Mostly Mantids and Some Woolybears, 09-27-19

Around 6:30, I headed out to the Cosumnes River Preserve for a walk.  It was overcast and chilly all day, in the 70’s.  A twenty degree drop from Wednesday. So, I actually had to wear a light jacket. 

As I got closer to the preserve, I drove down Bruceville and Desmond Road to see if there was anything to see there.  The fields were full of cattle. In one of the fields I could see Turkey Vultures gathered on the ground. Between two adults was a dark-headed young one.  They were so far away that I couldn’t see what they were eating, but it’s always a treat to see these large birds so nearby.

A juvenile Turkey Vulture, Cathartes aura, with two adults.

When I got to the preserve, the gate wasn’t open at the boardwalk, so I parked on the street.  I wasn’t really expecting to see much of anything.  Folks had mentioned that the Sandhill Cranes were returning to the area, but I thought it was still too early to see them.  One or two flew overhead, and then I saw a small flock flying later during my walk, but none of them landed anywhere near where I was. 

CLICK HERE for the full album of photos.

Most of the fields and “wetlands” are still entirely dry, but I did find a few birds around a shallow pool along the boardwalk. It looks like, too, that they’ve cut down a lot of the high grass and tules, so when the water is pumped back in, viewing of the waterfowl should be a bit easier.  Saw a few different sparrow species including white-Crowned Sparrows, Golden-Crowned Sparrows and Song Sparrows. The Song Sparrows as somewhat “residential”, but the White- and Golden-Crowned Sparrows migrate in and out of the area. So, it was nice to see them back again.

And I also saw a very small smattering of duck species: Mallards, Green-Winged Teals and Northern Pintails. The Pintails always seem to migrate in before most of the other species, so it wasn’t too surprising to see a few of them out there today.

While I was watching a couple of Greater Yellowlegs, I saw something moving on the surface of the water. It was backlit, so I never got a good look at it, but I did get a video snippet.  I think maybe it was a bird or a vole or something that was dead, and little fish were pulling at from underneath making it bob and propelling it across the water.  So weird.  What do you think?

I found a few galls, including some I hadn’t found yet this year: the galls of the Hairy Gall Wasp, Sphaeroteras trimaculosum.  They’re sometimes called “woolybears” because when they line up on the backside of a leaf, they look like woolybear caterpillars. 

This is an interesting gall in that they seem to show up in the late part of the season, and they take two years to mature.  They form on the leaves of Valley Oaks and stay on the leaves when the leaves fall off the tree in the winter.  Then the larvae inside the galls stay there, on the ground in the leaf litter for two years before the wasps emerge.  I always seem to find them on the younger smaller Valley oaks, and on the leaves closest to the ground.

What I saw the most of today, though, was Praying Mantises, greens one and tan ones. They seemed to be everywhere in the branches of the sandbar willow trees along the boardwalk.  Their bodies are the same shape and relative size of the leaves on the trees, but once I managed to see one of the mantises, I suddenly saw lots of them.       

Once you see one mantis amid the willow leaves, you can see more… Can you spot the one in this photo?

I walked for about 3 hours and then headed home.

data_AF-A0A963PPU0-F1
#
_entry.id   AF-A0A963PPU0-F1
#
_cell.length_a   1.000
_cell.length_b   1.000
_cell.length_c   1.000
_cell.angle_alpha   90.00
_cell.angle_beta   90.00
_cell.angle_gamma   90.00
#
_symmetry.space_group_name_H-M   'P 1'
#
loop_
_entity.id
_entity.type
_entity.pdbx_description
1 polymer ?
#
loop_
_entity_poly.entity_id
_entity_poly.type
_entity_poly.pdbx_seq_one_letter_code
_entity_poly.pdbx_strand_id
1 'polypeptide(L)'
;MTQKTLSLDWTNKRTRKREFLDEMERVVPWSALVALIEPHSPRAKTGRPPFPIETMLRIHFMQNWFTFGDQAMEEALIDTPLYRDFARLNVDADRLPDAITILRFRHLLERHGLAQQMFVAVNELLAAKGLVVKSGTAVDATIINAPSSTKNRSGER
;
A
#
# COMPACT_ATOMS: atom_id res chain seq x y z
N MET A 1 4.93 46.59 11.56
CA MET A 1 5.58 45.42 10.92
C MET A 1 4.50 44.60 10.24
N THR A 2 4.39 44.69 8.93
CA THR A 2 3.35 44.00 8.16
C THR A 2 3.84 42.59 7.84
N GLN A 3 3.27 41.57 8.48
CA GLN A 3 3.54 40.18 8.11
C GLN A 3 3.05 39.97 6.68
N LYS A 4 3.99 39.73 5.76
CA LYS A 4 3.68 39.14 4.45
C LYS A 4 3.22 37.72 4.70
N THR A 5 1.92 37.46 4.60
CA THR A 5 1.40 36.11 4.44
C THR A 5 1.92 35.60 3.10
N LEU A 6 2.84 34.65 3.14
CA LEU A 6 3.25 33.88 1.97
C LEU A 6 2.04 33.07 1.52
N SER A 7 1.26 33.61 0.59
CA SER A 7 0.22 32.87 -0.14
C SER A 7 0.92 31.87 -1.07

Species List:

  1. Ash Flower Gall Mite, Eriophyes fraxinivorus
  2. Bindweed, Field Bindweed, Convolvulus arvensis
  3. Bush Sunflower, Encelia californica
  4. California Dancer Damselfly, Argia agrioides
  5. California Dock, Rumex californicus
  6. California Praying Mantis, Stagmomantis californica (smallest 2-2.5 inches) Can be brown, yellow or green
  7. California Wild Rose, Rosa californica
  8. Canada Goose, Branta canadensis
  9. Charolais Cattle, Bos Taurus var. Charolais
  10. Flat-Topped Honeydew Gall Wasp, Disholcaspis eldoradensis
  11. Golden Crowned Sparrow, Zonotrichia atricapilla
  12. Great Egret, Ardea alba
  13. Greater Yellowlegs, Tringa melanoleuca
  14. Green-Winged Teal, Anas carolinensis
  15. Hairy Gall Wasp, Sphaeroteras trimaculosum 
  16. Interior Sandbar Willow, Salix interior
  17. Killdeer, Charadrius vociferous
  18. Lavender Dancer Damselfly, Argia hinei [female]
  19. Lesser Goldfinch, Spinus psaltria
  20. Mallard duck, Anas platyrhynchos
  21. Northern Pintail, Anas acuta
  22. Paper Wasp, European Paper Wasp, Polistes dominula
  23. Pennyroyal, Penny Royal, Mentha pulegium
  24. Prickly Lettuce, Lactuca serriola
  25. Rough Cocklebur, Xanthium strumarium
  26. Sandhill Crane, Grus canadensis
  27. Song Sparrow, Melospiza melodia
  28. Turkey Vulture, Cathartes aura
  29. Valley Oak, Quercus lobata
  30. Water Smartweed, Persicaria amphibiaI
  31. Western Spotted Orbweaver Spider, Neoscona oaxacensis
  32. White-Crowned Sparrow, Zonotrichia leucophrys
  33. Willow Pinecone Gall midge, Rabdophaga strobiloides
  34. Willow Stem Gall Wasp, Euura exiguae

Lots of Sulphur Shelf, 09-24-19

I headed out to the Effie Yeaw Nature Preserve for my normal weekly volunteer trail walking gig. 

Again, there wasn’t a while lot to see today, although I did get to see quite a few deer. As I was watching a group of deer – a doe, a fawn, and a spike buck – I can see out of the corner of my eye a Cooper’s Hawk flying low between the trees. It lands on this branch, flies low over the ground, swoops up onto a different branch in a different tree, but it’s always in the shadow so I can’t get a good photo of it.  That area must’ve been its general hunting ground.

There was lots of Sulphur Shelf fungus out, including some pretty large handsome structures. I got photos of them.

CLICK HERE for the full album of photos.

And I also came across a couple of different California Ground Squirrels including a very young, small one spoking its head out of its burrow. It ventured out a little bit further while I watched it, but never left the edge of the front door. 

Young California Ground Squirrel, Otospermophilus beecheyi, peeping out of its burrow.